By LARISSA I. LOPEZ

“We reiterate our deepest condolences to the relatives, the educational community, as well as the society of Torreon, for the sad deaths and the persons that have been injured in body and spirit.”

These words are part of a message published by the Conference of the Mexican Episcopate (CEM), after an 11-year-old boy shot a teacher of the Cervantes School in Torreon, in the state of Coahuila, Mexico, on Friday, January 10, 2020. Six other persons were wounded before the shooter shot himself, reported the local media.

Solidarity, Encouragement and Pastoral Path

Seventy-two hours after the tragedy that occurred in the school, on January 12 the CEM’s Presidency and the Secretary-General, the Archbishop of the Province of Durango and President of the Prophetic Pastoral Ministry Commission, the Director of the Educational and Cultural Pastoral Dimension, as well as the Bishop of Torreon himself, Monsignor Luis Martin Barraza Beltran, offered “a message of solidarity, encouragement and pastoral path.”

The note invites to reflect on the documents of the Mexican Episcopate’s Conference “Educate for a New Society” and “May Mexico Have a Worthy Life in Christ, Our Peace,” and they remind that “workshops of education” also exist “for parents at the service of a new society,” as well as initiatives “to promote forgiveness, reconciliation, and peace.”

“Educational Emergency”

They also refer to Pope Francis’ ample reflection on the challenges of an “educational emergency,” which “will offer a way for a proposal of concrete service to humanity, with the Global Educational Pact, which will be signed in Vatican City on May 14, , with leaders from the academic, social, governmental sectors, and international organizations specialized in the educational field as well as representatives of different religions.”

In this connection, the Mexican Bishops are contributing a series of guidelines for reflection, and they exhort all ”to pass from consternation to purposeful action. Joint reflection and action can help us as a society to foster a constructive dialogue on this event.”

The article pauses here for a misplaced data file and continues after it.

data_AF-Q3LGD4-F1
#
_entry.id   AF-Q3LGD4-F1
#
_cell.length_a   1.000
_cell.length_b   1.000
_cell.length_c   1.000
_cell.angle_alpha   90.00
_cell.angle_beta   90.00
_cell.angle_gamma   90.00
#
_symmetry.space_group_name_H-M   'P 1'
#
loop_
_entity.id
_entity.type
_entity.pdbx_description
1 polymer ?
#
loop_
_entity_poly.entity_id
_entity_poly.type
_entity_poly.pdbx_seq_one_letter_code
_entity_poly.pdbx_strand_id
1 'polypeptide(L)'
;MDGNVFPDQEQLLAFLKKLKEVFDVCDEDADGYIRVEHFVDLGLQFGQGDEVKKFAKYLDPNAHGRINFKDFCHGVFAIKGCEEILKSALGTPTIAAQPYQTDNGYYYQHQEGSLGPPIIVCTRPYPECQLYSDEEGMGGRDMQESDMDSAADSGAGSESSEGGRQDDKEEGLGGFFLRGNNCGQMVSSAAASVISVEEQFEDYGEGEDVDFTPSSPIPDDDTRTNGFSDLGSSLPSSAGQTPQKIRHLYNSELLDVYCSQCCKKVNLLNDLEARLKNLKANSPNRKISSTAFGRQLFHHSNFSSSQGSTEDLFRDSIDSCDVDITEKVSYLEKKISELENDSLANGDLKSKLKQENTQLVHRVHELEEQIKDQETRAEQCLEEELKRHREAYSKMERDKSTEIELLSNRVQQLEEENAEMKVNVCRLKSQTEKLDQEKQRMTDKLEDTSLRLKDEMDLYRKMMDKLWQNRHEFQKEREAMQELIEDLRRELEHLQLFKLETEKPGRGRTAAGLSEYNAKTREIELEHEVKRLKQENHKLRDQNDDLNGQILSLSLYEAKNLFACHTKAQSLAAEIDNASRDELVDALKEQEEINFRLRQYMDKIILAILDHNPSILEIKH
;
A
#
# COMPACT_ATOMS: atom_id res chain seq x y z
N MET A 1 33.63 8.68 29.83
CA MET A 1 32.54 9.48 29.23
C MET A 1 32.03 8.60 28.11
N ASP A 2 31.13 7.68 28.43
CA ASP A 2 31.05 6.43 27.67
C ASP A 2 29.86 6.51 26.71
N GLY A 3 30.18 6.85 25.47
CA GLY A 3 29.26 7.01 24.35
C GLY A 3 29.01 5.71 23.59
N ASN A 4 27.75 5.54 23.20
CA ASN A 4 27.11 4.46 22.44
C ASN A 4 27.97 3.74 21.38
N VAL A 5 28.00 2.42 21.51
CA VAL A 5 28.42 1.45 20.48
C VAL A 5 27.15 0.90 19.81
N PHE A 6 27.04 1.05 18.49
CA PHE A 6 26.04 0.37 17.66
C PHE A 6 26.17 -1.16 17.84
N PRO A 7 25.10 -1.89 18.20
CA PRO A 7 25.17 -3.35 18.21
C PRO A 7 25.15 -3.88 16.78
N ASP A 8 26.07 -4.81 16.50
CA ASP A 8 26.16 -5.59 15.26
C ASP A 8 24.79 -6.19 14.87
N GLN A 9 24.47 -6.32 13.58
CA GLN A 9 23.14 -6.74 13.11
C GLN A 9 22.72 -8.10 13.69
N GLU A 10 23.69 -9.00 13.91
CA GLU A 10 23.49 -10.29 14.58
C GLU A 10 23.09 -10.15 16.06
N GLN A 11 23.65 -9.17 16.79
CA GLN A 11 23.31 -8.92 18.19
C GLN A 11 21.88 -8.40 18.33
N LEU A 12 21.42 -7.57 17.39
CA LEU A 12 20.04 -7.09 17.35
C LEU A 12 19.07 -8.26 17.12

Integral Formation

The first of these guidelines is to consider education as a task for all, not only of school institutions. “To educate requires a social alliance that enables us to build an ‘educational village’ in which each person can understand the meaning of his person, the natural and cultural surroundings in which he takes part, as well as the basic human institutions (. . . ) so that he is able to enter them and promote them.”

In the second place, they say that education implies “primarily to form in an integral way the interior life of the human being: his reason and intelligence, affections and passions, memory, imagination in a human dynamic, which is close and supportive. Therefore, our task is to recover the centrality of the human person in the educational life of the family, the school and the society.”

Areas of Dialogue and Encounter

They also state that it is urgent “to dedicate the highest and best human and material resources to education, primarily in the family, school and social environment, as “children and young people need an educational alliance between the formal and informal academic world, in which are found the development of art, sport, scouting, religious and cultural life.”

Outside of school time, these areas should be used for “relating, dialogue and constant encounter with others, where they can verify their existence in goodness, truth, and kindness.”

Call to Renewal

They also appeal to parents “to renew themselves in their responsibility of being the first educators of their children, and to dialogue at all times with the school authorities (. . . ) to back one another mutually in their tasks.”

For their part, the Prelates manifest to the teachers their “highest esteem,” exhorting them “to renew their vocation of service and selflessness, stimulating efforts of legitimate association and promotion to respond in the best way to this Change of Era that we have to live.”

Finally, the message points out that, as global society, “we have the great challenge to build a humanity that changes the culture of death, with its multiple expressions (corruption, violence, consumption, destruction of the planet, indifference, contempt for human life, among others), into a culture of life, care, solidarity and restoration of human relations, the planet, democracy and the full State of Law.”

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